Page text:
Box 3 – Common terms used in modelled economic evaluations
Term 
Definition and examples 



Health states 
Different states of health included in the model eg, no cardiovascular disease, cardiovascular disease, death. 

Cycle length 
Time per cycle in a Markov model eg, commonly one year but can vary. 

Time horizon 
Follow‐up period in the modelled analysis eg, 30 years (30 cycles, if cycle length is one year). 

Parameters 
Input data including transition probabilities, costs and outcomes. 

Transition probability 
Probability of moving from one health state to another, within one cycle in a Markov model. 

First‐ versus second‐order Monte Carlo simulation 
First‐order Monte Carlo simulation refers to microsimulation, or individual “walk‐through” eg, in Markov microsimulation models. Second‐order Monte Carlo simulation refers to probabilistic sensitivity analysis (PSA). 

One‐way, two‐way, multi‐way or probabilistic sensitivity analysis 
One‐way sensitivity analysis examines changes in cost‐effectiveness when one parameter is varied. Two‐way and multi‐way sensitivity analyses examine changes when two or more parameters are varied. PSA examines the effect of changing multiple parameters simultaneously through sampling from distributions.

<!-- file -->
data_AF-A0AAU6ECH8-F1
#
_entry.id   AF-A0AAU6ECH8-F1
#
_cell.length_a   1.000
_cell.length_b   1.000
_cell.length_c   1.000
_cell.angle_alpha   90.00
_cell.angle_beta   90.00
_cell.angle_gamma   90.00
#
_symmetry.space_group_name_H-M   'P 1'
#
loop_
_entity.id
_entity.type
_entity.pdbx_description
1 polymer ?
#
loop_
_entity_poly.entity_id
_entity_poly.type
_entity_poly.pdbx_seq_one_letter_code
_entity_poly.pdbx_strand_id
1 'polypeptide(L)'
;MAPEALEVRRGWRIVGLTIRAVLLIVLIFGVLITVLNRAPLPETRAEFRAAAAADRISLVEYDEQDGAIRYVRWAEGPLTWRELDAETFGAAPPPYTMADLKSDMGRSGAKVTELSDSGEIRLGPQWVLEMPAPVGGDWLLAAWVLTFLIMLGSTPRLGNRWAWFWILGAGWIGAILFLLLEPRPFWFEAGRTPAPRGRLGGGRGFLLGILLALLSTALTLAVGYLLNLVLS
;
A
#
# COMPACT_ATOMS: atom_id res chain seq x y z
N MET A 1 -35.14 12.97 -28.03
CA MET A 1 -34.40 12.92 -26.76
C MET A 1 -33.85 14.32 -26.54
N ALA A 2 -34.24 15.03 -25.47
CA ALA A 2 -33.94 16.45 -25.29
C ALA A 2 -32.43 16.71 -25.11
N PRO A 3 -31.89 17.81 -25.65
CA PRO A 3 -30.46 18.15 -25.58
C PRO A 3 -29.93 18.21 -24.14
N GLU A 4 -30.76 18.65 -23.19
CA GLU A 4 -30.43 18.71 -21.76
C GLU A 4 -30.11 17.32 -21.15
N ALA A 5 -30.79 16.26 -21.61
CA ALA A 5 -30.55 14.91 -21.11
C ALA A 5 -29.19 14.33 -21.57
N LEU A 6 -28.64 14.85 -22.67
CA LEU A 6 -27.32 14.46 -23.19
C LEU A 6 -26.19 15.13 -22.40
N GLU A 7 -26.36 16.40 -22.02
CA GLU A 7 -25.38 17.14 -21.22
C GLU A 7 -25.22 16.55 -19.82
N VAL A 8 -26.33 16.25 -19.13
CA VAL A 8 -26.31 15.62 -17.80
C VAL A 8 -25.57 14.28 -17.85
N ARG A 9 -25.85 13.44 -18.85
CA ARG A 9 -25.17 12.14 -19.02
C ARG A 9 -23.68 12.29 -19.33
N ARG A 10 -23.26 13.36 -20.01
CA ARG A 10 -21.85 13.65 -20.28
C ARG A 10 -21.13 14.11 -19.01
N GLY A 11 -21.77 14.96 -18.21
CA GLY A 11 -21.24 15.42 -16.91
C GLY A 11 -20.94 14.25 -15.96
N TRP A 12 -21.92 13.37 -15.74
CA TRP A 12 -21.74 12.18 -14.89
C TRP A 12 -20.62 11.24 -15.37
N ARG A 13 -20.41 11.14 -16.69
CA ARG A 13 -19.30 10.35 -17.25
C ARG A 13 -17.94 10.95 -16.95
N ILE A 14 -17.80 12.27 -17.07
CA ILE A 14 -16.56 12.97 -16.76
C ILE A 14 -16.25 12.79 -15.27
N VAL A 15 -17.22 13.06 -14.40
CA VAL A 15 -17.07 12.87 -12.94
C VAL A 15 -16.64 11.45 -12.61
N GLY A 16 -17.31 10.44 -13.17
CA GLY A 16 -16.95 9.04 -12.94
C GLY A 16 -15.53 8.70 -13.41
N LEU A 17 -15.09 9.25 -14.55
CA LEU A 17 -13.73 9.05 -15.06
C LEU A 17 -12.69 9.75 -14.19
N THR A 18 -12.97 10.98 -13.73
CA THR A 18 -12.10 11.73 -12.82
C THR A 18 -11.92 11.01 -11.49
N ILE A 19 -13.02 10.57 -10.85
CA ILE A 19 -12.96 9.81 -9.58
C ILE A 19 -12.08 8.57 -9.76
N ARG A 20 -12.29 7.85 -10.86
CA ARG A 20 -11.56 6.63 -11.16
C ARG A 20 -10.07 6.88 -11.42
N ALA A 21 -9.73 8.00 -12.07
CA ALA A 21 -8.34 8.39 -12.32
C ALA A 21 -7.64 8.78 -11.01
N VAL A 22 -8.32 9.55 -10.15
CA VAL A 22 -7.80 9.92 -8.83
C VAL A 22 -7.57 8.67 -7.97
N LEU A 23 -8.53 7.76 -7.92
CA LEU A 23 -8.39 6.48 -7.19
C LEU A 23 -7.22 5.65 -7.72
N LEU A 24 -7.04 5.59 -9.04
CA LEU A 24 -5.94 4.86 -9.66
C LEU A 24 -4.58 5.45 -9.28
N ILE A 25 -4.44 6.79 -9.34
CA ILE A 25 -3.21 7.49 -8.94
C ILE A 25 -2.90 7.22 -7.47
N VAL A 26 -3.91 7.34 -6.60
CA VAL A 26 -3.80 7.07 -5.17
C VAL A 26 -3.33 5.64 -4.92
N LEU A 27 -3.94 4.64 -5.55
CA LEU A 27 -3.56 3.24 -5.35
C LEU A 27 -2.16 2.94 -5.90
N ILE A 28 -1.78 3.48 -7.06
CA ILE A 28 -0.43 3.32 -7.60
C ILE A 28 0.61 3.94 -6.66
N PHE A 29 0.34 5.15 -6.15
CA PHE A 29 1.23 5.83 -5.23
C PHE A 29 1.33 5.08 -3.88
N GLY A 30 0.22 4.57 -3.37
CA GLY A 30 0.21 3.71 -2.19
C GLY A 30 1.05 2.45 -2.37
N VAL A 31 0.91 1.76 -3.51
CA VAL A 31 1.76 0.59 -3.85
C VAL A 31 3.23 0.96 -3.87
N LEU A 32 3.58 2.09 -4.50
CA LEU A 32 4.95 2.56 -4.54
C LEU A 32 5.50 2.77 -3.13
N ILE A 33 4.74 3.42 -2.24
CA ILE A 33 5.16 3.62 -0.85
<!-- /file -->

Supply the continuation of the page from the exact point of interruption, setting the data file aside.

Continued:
Box 4 – A simple decision tree – new blood pressure medicine versus placebo
BP = blood pressure; CVD = cardiovascular disease.A simple decision tree constructed in TreeAge Pro. Blue box represents decision node, green circle represents chance node, red triangle represents terminal state. Example calculation of cost in the “New BP medicine” group: total cost (new BP medicine group) = 0.8*800 + 0.15*5800 + 0.05*6800 = $1850.
Box 5 – A Markov cohort model: new blood pressure medicine versus placebo
BP = blood pressure.A Markov model constructed in TreeAge Pro (simplified representation). Blue box represents decision node, purple circle represents Markov node, green circle represents chance node, red triangle represents terminal state.
Box 6 – Markov cohort versus Markov microsimulation – the first four cycles (years)